This obituary is part of a series about people who have died in the coronavirus pandemic. Read about others here.
Allen Lew was best known as a prolific and proficient builder of public works. He succeeded in what can be a thankless mission by first bulldozing or, at least, bypassing, the barriers posed by municipal bureaucracy.
He characterized himself as someone with “a constructive level of impatience about getting things done.”
Mr. Lew oversaw billions of dollars worth of public works in Washington and New York, where he returned late last year to supervise construction at his alma mater as the first Asian-American vice chancellor of the City University of New York.
Mr. Lew died on June 23 at a Queens hospital. He was 69. The cause was complications of the coronavirus, his wife, Suling Lew, said.
Allen Yee Lew was born on Sept. 11, 1950, in Manhattan. His father was Fong Young Lew, an immigrant from Guangzhou, China. His Chinese-American mother was Helen (Yee) Lew. His parents owned and operated a dry-cleaning business.
He was raised in Hell’s Kitchen in Manhattan and Long Island City, Queens; winning an art contest in elementary school inspired him to study design. After graduating from Brooklyn Technical High School, he earned a bachelor of science degree in architecture from The City College of New York, part of the City University.
“It was there that he became intrigued with the development and construction side of the business,” Ms. Lew said.
He received a master’s degree in architecture and urban design from Columbia University.
He married Suling Goon, who was an equity sales manager and research director at an investment bank, in 1979. Along with her, he is survived by their son, Garrett Lew; a sister, Helen Chin; and a grandson.
In New York, he was executive vice president and chief operating officer of the Jacob K. Javits Convention Center from 1983 to 1988; a vice president at Rose Associates, the real estate developer; and vice president for capital programs of the New York City Health and Hospitals Corporation.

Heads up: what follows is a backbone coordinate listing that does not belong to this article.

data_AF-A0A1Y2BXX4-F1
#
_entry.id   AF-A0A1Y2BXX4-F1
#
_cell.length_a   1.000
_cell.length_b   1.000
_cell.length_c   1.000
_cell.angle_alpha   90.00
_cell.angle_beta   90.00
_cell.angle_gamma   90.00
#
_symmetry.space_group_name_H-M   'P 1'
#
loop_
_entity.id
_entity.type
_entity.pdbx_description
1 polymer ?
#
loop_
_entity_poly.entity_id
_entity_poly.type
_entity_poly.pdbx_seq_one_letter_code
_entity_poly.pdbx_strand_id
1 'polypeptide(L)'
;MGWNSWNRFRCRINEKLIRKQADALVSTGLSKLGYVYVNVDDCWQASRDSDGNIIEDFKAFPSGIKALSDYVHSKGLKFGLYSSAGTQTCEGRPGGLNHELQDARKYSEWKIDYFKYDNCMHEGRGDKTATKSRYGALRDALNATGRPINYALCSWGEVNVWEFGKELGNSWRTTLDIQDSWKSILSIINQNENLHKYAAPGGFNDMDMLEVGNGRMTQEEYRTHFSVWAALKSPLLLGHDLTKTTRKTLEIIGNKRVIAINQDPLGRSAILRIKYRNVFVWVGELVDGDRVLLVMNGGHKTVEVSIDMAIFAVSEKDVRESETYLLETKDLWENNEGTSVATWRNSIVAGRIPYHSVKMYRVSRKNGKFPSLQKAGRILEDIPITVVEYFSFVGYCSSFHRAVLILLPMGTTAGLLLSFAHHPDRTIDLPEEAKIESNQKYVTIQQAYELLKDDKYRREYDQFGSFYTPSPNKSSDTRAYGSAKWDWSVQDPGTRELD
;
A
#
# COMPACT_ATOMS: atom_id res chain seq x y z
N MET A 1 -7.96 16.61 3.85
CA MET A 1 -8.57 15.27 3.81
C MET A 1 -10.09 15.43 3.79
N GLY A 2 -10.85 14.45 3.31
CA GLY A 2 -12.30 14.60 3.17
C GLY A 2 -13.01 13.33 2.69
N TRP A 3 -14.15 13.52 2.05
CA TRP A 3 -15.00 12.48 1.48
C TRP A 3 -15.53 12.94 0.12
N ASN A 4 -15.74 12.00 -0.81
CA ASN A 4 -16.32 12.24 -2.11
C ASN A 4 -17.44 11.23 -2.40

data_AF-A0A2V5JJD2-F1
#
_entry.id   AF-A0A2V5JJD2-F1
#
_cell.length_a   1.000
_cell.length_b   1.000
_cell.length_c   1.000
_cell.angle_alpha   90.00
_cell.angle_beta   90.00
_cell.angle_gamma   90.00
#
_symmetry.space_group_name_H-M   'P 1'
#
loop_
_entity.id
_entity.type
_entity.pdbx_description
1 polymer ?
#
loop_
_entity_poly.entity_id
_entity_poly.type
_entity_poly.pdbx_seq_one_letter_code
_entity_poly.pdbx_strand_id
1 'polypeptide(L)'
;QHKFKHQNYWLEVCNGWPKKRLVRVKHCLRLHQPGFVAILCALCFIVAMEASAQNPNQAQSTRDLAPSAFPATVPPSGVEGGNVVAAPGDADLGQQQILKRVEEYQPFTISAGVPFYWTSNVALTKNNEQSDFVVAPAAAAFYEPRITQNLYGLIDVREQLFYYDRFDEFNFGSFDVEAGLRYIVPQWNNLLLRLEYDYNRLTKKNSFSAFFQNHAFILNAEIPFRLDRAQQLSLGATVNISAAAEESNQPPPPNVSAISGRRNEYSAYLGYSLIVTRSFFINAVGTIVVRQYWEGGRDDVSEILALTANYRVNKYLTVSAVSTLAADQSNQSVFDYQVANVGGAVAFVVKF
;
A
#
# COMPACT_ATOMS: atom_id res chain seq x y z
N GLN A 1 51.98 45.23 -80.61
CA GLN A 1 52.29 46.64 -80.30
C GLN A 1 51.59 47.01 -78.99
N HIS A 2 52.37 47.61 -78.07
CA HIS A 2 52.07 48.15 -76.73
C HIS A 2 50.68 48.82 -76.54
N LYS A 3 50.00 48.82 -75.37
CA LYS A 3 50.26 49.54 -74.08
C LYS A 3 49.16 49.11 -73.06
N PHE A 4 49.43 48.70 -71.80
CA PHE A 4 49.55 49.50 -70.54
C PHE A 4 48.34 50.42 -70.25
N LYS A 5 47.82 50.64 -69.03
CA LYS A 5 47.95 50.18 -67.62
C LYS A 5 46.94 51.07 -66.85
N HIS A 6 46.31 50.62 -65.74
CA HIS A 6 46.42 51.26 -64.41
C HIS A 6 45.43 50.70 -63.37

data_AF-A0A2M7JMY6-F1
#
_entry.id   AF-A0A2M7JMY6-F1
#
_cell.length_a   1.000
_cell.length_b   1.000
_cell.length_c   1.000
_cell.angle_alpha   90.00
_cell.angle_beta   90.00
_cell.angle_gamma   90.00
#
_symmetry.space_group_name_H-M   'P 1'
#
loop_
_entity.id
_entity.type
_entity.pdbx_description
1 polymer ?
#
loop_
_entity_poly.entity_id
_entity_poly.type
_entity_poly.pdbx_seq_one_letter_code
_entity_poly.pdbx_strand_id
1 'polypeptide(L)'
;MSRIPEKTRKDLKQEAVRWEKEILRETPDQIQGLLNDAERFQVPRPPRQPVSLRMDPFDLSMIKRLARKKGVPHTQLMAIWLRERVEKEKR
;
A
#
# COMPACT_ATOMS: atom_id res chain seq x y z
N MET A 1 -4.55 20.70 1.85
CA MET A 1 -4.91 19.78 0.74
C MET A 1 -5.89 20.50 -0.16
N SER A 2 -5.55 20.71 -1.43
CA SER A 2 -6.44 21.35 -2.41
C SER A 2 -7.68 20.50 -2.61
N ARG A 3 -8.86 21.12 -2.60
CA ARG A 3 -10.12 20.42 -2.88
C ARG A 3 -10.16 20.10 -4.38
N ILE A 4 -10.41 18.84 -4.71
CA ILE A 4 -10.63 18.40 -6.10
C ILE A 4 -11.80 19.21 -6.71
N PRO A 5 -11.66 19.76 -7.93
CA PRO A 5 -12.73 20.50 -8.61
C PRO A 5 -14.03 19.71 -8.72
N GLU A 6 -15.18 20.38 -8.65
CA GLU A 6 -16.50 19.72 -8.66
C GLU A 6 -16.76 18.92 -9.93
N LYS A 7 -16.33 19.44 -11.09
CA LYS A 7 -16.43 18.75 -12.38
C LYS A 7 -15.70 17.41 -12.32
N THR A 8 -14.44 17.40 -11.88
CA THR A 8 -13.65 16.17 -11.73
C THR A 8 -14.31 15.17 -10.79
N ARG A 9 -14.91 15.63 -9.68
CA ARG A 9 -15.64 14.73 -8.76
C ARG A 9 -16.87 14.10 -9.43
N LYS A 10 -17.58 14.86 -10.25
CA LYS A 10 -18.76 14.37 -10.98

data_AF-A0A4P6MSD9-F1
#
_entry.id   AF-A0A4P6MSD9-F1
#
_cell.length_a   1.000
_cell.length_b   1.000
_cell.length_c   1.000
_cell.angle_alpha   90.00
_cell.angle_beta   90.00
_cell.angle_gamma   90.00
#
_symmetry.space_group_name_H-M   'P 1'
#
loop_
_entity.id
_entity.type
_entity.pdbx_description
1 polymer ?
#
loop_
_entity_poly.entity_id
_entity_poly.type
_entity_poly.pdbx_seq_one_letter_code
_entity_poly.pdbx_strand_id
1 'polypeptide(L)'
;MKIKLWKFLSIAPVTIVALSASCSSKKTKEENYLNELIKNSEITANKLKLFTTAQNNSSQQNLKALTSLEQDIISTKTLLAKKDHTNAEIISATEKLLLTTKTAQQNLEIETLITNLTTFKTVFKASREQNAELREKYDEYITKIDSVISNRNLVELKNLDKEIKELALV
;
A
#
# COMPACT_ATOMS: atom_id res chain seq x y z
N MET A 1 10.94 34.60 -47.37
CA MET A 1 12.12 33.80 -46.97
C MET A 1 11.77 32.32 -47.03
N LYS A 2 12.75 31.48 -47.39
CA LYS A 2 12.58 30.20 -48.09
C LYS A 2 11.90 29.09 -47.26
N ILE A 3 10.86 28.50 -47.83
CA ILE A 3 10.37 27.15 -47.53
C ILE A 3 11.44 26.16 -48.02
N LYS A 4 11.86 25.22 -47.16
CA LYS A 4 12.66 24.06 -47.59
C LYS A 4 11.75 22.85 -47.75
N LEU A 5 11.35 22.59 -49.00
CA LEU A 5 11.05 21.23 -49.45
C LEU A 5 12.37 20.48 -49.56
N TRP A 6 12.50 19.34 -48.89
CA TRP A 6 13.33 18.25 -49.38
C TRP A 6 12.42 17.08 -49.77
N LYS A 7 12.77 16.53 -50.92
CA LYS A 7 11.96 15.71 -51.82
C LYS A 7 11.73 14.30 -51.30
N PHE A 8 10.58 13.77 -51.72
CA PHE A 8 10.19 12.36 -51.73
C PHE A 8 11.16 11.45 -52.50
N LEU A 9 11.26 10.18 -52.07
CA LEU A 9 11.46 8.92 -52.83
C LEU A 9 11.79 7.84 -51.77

He moved on to Washington to hack through red tape there. As chief executive of Washington’s Sports and Entertainment Commission from 2004 to 2007 under Mayor Anthony A. Williams, he oversaw the design and rehabilitation of RFK Memorial Stadium, which brought major league baseball back to the nation’s capital, and the design and construction of the $650 million Nationals Park, a permanent home for the team.
He also supervised the building of Washington’s $850 million convention center and managed the $1 billion rehabilitation of the District of Columbia’s ramshackle school facilities. From 2011 to 2015, he was the district’s city administrator under Mayor Vincent C. Gray, who described him as a “visionary and a doer.”
Mr. Lew was president of the Washington Architectural Foundation, the philanthropic arm of the Washington chapter of the American Institute of Architects, before joining the City University of New York as the senior vice chancellor of facilities, planning and construction management.
“Allen built a reputation as a hard-driving executive who prized speed and efficiency and mastered the art of cutting through bureaucracy,” Chancellor Félix V. Matos Rodríguez said.
Sometimes his methods raised eyebrows. He was once chided by the Washington city auditor for obstructing transparency. Mr. Lew attributed the lapse to inadequate record-keeping and what he called his “nimble” circumvention of stultifying regulations that impeded progress.